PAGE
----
Amongst households impacted by the disaster, assistance was correlated with higher housing quality. I found that 48% of households who received housing assistance reported an increase in quality-of-life post-disaster, with another 31% maintaining their pre-disaster state. When compared to households who did not receive assistance, only 13% reported an increase in quality-of-life, with the majority (72%) reporting no change. When considering that long-term improvements to household living standards should be the underlying priority of any assistance program, this offers a positive outlook of the impact of housing assistance.
Housing assistance was also provided to some lower-income households whose homes were not damaged by lahar flows. The housing quality score of assisted and undamaged households was also higher than the mean score of households whose homes were damaged. This is to say that households who were not impacted by the disaster but received assistance saw improvement in housing quality and sat above the overall community mean. Furthermore, unassisted households who were not impacted by the disaster had the lowest mean housing quality of any group studied. This shows how post-disaster assistance can be a leverage point to address pre-disaster inequalities, suggesting that assistance can equalise pre-existing housing inequalities.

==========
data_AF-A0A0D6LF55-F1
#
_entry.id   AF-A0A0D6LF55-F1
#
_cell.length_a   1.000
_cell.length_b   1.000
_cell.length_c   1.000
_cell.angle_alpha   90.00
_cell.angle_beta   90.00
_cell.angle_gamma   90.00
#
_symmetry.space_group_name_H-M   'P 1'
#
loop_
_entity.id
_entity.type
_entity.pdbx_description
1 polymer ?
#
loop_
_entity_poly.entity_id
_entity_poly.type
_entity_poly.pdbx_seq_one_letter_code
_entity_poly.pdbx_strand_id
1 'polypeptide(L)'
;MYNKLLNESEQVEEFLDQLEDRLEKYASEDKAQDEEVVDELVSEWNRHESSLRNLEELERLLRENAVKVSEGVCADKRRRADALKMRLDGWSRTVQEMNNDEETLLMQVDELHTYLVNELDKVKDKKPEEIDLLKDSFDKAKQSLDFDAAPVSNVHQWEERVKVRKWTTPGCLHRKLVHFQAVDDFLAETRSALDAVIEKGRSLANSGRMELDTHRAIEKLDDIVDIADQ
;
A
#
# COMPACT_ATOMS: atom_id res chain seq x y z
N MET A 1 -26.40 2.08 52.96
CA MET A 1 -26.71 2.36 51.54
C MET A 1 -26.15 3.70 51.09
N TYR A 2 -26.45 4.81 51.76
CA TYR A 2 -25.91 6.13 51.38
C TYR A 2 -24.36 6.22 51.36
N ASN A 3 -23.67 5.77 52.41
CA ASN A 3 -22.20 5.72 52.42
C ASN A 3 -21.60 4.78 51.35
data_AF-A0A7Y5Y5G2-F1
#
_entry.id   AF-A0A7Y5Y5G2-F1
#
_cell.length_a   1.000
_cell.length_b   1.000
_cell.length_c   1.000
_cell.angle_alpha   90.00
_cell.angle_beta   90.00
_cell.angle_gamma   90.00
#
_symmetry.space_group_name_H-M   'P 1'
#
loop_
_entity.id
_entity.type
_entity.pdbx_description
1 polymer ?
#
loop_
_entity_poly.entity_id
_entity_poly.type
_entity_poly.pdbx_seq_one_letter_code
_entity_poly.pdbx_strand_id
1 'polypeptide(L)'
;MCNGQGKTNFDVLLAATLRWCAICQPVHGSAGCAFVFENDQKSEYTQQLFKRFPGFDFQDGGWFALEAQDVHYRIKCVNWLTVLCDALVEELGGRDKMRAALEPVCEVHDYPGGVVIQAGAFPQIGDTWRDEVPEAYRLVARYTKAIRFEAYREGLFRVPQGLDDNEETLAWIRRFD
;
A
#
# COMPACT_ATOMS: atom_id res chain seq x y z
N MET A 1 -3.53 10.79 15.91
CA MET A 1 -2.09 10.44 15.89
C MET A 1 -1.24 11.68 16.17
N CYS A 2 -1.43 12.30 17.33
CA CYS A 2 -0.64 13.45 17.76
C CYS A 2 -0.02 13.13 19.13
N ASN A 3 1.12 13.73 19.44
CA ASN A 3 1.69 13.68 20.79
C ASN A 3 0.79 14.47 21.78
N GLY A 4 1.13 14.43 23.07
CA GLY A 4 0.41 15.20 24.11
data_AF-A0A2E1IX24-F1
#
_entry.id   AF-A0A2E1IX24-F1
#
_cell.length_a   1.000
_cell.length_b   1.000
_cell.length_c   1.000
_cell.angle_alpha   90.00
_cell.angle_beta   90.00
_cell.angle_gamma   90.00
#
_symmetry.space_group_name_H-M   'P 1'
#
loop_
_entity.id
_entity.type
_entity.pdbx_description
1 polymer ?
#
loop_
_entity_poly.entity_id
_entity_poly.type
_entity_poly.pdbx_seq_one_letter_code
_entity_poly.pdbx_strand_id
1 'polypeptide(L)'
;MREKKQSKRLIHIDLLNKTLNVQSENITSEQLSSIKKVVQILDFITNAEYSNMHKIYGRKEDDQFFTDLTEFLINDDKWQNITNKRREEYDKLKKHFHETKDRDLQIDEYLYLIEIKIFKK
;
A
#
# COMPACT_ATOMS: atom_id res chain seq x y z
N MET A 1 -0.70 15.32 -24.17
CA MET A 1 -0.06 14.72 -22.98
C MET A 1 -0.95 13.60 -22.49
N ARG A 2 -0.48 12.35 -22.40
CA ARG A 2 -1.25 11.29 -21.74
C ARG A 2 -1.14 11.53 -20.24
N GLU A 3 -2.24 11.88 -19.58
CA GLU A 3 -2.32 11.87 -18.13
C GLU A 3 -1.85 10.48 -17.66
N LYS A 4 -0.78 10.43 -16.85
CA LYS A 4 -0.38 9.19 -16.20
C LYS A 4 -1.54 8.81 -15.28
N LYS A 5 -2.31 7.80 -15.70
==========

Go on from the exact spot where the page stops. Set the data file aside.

My research revealed that although assistance does result in higher quality, there are more layers to post-disaster recovery. We also observed that some households who self-recovered were able to obtain the same level of housing quality. For example, the presence of construction skills may have offset the absence of assistance.